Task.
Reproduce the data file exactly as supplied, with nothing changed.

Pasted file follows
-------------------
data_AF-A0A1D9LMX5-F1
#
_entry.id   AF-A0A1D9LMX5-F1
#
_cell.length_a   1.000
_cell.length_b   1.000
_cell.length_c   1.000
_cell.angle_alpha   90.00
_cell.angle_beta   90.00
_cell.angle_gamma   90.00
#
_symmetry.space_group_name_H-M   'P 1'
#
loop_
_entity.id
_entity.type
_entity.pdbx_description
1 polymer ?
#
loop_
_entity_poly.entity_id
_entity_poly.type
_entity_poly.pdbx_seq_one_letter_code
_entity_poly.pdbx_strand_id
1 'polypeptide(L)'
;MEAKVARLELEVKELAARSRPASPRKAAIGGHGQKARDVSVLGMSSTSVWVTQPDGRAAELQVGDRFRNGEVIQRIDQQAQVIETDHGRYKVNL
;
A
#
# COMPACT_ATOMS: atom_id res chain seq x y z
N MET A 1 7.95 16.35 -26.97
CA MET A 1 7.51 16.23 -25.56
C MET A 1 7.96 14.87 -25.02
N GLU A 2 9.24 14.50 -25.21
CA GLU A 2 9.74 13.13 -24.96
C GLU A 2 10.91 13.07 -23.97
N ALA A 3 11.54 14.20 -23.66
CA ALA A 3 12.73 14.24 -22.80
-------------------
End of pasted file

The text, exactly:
data_AF-A0A1D9LMX5-F1
#
_entry.id   AF-A0A1D9LMX5-F1
#
_cell.length_a   1.000
_cell.length_b   1.000
_cell.length_c   1.000
_cell.angle_alpha   90.00
_cell.angle_beta   90.00
_cell.angle_gamma   90.00
#
_symmetry.space_group_name_H-M   'P 1'
#
loop_
_entity.id
_entity.type
_entity.pdbx_description
1 polymer ?
#
loop_
_entity_poly.entity_id
_entity_poly.type
_entity_poly.pdbx_seq_one_letter_code
_entity_poly.pdbx_strand_id
1 'polypeptide(L)'
;MEAKVARLELEVKELAARSRPASPRKAAIGGHGQKARDVSVLGMSSTSVWVTQPDGRAAELQVGDRFRNGEVIQRIDQQAQVIETDHGRYKVNL
;
A
#
# COMPACT_ATOMS: atom_id res chain seq x y z
N MET A 1 7.95 16.35 -26.97
CA MET A 1 7.51 16.23 -25.56
C MET A 1 7.96 14.87 -25.02
N GLU A 2 9.24 14.50 -25.21
CA GLU A 2 9.74 13.13 -24.96
C GLU A 2 10.91 13.07 -23.97
N ALA A 3 11.54 14.20 -23.66
CA ALA A 3 12.73 14.24 -22.80